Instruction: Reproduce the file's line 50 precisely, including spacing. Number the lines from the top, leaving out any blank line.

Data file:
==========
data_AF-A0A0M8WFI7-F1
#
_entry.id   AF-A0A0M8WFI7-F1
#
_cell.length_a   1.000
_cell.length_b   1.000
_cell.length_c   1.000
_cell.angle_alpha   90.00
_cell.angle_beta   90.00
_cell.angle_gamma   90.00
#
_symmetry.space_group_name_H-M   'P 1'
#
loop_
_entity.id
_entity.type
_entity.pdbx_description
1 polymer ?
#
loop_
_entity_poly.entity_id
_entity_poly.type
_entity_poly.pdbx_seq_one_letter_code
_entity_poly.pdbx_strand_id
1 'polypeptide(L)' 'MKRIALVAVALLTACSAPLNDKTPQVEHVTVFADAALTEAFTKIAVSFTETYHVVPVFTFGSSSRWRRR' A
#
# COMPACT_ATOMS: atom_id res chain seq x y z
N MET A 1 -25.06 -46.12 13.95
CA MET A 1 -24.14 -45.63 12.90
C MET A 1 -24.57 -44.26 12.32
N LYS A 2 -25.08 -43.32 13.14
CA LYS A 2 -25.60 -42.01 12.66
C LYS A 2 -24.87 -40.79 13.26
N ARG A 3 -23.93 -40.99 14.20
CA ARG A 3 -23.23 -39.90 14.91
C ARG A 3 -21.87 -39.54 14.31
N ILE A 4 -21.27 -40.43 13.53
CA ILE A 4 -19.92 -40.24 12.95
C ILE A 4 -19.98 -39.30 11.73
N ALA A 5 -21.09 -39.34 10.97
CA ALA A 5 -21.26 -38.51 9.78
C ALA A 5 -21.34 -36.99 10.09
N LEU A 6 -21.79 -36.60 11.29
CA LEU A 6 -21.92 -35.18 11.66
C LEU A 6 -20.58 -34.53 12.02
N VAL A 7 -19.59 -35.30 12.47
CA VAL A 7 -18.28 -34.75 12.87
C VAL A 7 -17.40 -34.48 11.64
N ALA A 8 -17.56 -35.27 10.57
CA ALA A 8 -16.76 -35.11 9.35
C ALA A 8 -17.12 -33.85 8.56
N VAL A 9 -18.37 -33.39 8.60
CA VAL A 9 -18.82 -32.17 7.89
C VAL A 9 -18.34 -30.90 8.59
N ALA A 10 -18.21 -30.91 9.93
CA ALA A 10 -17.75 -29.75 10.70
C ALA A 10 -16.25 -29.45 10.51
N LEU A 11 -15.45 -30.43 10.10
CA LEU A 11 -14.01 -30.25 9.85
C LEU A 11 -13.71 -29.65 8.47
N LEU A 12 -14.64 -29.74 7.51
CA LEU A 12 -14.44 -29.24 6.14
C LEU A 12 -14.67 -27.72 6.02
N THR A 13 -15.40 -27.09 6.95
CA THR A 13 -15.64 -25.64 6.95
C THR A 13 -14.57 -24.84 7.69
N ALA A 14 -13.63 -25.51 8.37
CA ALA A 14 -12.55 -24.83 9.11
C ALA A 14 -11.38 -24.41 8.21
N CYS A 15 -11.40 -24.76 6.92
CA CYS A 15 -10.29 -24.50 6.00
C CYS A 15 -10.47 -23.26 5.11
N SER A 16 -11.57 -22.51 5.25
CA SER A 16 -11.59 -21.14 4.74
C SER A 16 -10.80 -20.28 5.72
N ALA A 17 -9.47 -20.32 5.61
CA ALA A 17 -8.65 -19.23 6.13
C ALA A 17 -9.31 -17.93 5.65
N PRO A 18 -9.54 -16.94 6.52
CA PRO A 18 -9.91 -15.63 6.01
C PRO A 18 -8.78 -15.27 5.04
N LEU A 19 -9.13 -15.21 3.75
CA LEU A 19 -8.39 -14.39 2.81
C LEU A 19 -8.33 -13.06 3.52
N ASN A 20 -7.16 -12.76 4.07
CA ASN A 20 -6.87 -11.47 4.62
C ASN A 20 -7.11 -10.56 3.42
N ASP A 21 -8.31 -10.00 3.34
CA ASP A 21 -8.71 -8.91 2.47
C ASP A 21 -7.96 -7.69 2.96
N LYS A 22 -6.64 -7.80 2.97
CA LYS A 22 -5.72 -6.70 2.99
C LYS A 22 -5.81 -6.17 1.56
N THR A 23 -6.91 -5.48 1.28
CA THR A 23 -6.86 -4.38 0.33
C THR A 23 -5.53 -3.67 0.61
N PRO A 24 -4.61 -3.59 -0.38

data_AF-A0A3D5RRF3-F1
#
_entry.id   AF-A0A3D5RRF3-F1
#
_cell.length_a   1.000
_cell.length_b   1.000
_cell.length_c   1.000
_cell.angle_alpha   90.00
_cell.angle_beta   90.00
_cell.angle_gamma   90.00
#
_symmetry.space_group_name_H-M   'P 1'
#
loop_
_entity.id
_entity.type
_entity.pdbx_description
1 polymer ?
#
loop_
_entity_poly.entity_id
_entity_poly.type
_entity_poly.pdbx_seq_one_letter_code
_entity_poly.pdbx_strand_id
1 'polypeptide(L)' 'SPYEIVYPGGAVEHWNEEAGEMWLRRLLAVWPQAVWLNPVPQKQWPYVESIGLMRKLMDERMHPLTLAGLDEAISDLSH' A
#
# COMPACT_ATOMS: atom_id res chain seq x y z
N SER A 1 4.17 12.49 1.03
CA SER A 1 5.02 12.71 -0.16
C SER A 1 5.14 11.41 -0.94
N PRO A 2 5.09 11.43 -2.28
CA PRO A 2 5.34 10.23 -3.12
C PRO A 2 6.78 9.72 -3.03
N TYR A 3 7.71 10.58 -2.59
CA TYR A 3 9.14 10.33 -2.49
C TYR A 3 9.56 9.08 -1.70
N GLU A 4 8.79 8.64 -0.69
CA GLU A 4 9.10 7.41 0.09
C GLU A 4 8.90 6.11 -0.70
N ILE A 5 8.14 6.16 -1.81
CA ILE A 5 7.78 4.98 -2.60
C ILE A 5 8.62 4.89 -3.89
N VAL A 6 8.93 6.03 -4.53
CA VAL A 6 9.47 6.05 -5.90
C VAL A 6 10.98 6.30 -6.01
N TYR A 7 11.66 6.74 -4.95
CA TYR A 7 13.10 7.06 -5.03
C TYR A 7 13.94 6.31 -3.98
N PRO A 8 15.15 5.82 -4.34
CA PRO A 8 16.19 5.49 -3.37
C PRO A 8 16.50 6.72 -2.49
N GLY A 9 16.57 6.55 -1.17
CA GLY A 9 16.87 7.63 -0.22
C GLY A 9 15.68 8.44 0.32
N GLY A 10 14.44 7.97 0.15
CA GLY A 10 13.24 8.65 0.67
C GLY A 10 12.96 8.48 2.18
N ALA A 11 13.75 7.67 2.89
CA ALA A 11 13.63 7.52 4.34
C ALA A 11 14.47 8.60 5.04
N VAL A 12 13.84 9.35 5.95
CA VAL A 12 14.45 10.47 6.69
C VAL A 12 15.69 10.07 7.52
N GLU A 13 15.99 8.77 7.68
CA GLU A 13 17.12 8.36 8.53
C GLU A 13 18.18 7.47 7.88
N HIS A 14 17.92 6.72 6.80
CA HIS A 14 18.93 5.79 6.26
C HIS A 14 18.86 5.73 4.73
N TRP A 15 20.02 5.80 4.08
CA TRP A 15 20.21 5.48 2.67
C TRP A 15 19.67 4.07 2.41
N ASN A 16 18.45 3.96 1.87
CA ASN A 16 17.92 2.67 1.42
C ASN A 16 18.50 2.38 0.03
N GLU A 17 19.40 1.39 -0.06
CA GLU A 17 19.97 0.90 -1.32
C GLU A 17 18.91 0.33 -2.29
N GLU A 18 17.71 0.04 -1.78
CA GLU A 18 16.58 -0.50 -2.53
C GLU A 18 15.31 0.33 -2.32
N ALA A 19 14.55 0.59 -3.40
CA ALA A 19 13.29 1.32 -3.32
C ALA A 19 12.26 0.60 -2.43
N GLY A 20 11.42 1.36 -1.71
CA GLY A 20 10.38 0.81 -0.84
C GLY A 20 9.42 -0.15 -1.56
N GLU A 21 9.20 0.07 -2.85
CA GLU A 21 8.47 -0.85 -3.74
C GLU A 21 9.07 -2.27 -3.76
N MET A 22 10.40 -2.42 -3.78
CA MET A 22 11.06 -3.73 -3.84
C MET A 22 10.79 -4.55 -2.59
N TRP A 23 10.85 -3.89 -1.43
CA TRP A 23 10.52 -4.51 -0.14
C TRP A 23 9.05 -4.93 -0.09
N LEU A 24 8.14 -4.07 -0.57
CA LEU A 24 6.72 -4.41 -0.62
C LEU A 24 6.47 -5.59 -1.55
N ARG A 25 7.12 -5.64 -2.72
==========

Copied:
CA ALA A 8 -16.76 -35.11 9.35